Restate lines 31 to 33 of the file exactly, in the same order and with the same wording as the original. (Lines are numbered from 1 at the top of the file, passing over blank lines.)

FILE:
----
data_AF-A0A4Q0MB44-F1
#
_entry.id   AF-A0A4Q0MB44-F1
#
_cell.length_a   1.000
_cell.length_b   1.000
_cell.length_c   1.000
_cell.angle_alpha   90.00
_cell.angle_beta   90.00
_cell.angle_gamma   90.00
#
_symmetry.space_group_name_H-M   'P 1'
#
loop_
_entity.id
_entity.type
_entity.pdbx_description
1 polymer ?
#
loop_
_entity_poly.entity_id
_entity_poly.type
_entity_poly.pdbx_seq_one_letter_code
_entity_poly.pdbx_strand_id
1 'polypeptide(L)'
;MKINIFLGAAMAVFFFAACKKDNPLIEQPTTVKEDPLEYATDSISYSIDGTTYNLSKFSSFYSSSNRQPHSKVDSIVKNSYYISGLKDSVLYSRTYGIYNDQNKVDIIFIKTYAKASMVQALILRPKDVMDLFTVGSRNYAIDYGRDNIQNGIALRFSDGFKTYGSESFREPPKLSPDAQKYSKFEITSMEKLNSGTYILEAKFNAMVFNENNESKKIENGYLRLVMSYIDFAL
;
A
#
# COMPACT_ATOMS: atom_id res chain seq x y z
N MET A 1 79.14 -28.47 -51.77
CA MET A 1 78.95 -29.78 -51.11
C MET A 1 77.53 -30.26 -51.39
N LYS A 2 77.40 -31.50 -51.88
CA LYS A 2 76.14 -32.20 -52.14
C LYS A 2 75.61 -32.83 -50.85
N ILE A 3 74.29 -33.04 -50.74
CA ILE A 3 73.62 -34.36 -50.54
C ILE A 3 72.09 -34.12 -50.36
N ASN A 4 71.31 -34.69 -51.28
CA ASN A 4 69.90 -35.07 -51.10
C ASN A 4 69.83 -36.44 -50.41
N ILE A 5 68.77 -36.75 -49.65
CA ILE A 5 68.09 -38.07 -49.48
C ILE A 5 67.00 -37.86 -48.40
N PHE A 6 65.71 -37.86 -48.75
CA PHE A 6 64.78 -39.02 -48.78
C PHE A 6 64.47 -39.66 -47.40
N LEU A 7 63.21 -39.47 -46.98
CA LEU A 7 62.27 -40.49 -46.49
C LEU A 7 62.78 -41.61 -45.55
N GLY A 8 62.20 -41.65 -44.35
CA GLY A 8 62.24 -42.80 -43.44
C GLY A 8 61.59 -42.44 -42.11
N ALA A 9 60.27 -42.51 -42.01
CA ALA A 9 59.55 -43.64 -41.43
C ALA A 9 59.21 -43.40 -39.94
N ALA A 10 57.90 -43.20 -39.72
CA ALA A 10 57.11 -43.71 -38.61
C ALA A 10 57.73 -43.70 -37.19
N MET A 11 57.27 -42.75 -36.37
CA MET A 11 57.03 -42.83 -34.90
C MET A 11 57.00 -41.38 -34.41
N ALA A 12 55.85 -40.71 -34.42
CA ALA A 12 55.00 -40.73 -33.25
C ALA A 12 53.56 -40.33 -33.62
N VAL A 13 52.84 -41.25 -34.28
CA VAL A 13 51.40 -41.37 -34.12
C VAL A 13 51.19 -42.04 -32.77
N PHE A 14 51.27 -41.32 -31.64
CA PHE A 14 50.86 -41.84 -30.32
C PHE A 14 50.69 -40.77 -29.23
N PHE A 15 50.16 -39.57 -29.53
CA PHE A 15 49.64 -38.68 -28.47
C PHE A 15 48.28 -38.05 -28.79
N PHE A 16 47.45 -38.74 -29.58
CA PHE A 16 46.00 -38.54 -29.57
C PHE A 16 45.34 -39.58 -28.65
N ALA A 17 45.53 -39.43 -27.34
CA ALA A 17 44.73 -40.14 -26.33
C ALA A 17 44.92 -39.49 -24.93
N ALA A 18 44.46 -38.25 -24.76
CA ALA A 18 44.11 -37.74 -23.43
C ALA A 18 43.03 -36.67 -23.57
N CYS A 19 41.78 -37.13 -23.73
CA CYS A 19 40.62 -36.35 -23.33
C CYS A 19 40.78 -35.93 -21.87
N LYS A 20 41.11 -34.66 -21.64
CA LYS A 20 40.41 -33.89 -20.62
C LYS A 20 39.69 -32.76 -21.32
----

N MET A 1 79.14 -28.47 -51.77
CA MET A 1 78.95 -29.78 -51.11
C MET A 1 77.53 -30.26 -51.39